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Historic Autograph Letters, Manuscripts & Documents

Important Signed & Inscribed Books and Photographs



CLAY, HENRY.  (1777-1852).  American statesman;  known as “The Great Compromiser”; major promoter of the Missouri Compromise (1820) and the Compromise of 1850, both efforts to shield the American union from sectional discord over slavery. Scarce, Partially-Printed Document Signed, “H. Clay” as president of the society.  November 27, 1841.  [Washington, D.C.]  One page,  heavy paper stock, oblong folio.  [approx 7 ½ x 12 inches].  Ornate seal of the society imprinted in the certificate, depicting a 3 masted schooner returning slaves to Liberia, across bottom edge of document, along with images of palm stems and other plant fauna.   Countersigned by John Douglass, Assistant Secretary of the Society.   The Document reads: “This certifies that Rev. T. Thayer is a MEMBER for life, of the AMERICAN COLONIZATION SOCIETY.”   

Founded in 1816, the American Colonization Society attracted a diverse member base that included not only abolitionists, but slave owners as well. Among the Society’s many supporters were Charles Fenton Mercer, Henry Clay, James Madison, Thomas Jefferson, John Randolph, and Bushrod Washington.   

On the one hand, abolitionist members felt the society could effect the gradual elimination of slavery and wished to provide newly freed slaves with the opportunity to escape racism and the systematic denial of their rights they faced as citizens of the United States. On the other hand, slave owners saw a threat to their livelihood in the growing free black population and hoped colonization would reinforce and strengthen the institution of slavery in the United States. James Madison, a founding member of the American Colonization Society, discovered in the repatriation of African Americans to Africa a means of reconciling the obvious contradiction between his publicly professed abhorrence of human bondage and his continued ownership of slaves.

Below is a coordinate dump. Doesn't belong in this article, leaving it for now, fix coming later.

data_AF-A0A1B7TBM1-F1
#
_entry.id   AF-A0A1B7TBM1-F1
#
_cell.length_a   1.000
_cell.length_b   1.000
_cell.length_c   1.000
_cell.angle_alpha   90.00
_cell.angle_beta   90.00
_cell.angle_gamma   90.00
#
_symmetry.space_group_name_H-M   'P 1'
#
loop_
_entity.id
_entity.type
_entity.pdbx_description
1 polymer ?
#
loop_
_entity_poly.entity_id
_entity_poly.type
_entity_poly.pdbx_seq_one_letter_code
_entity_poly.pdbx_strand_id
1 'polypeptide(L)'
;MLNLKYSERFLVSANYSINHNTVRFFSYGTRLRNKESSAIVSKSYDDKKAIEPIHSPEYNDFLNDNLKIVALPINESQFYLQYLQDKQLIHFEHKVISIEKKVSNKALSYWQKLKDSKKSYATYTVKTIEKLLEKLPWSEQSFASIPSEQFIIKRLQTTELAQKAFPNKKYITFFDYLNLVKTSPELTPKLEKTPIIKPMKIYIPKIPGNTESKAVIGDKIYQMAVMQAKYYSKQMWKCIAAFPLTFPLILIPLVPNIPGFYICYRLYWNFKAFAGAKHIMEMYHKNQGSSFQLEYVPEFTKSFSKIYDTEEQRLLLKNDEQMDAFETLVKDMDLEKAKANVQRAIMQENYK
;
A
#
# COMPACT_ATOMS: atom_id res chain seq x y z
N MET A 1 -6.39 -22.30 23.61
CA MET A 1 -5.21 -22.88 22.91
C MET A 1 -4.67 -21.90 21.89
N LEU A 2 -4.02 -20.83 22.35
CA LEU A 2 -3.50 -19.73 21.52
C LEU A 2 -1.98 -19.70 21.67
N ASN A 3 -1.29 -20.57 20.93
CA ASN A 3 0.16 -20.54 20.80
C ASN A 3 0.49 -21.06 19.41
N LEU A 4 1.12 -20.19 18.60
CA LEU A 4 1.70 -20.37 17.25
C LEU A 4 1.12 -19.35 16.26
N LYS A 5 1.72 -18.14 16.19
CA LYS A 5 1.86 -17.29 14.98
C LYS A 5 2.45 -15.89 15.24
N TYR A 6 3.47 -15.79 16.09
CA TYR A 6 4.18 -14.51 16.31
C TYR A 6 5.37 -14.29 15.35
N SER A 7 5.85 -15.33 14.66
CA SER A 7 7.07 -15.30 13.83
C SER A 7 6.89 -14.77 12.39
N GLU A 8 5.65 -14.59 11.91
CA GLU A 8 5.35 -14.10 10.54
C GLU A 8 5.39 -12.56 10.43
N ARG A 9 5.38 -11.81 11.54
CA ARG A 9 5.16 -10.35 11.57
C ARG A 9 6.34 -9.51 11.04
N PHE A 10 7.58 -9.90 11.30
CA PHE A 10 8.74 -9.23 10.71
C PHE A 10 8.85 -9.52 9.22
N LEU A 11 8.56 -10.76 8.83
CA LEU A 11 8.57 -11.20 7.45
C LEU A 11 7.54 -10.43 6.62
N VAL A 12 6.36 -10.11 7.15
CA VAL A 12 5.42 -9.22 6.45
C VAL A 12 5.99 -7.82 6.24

Moreover, Madison viewed repatriation as an effective means of combating the emerging sectional differences that threatened the continued stability of the adolescent Union. Even with the divergent goals espoused by abolitionists and slave holders within the American Colonization Society, all society members shared a common foundation: a deep-rooted belief that whites and blacks could never coexist in the United States. This belief led the society to establish Liberia, named by the society’s own R.R. Gurley, on Africa’s western coast in 1820. By the time James Madison assumed the presidency of the American Colonization Society in 1833, more 2,500 African Americans had already been resettled in the colony.

Even in the early 1830s, opposition from radical abolitionists such as William Lloyd Garrison, who attacked colonization as a slaveholder’s scheme to perpetuate slavery, had begun to take its toll on the society. The gap between abolitionists and supporters of colonization widened, yet the society continued its repatriation attempts even after the 1836 death of its nationally recognized president, James Madison. Try as it might, the American Colonization Society saw its supporters steadily decline from 1840 on. By 1867, Liberia had been independent for twenty years, and even though over 13,000 African Americans had emigrated, the total free black population in the U.S. was over 4 million. By its fiftieth year, the society’s goal of total repatriation of free African Americans was more impractical than ever. Still, the society limped on, providing missionary and educational services in Liberia until it disbanded in 1913.

Just an exceptional piece documenting this remarkable period in American history, in fine condition.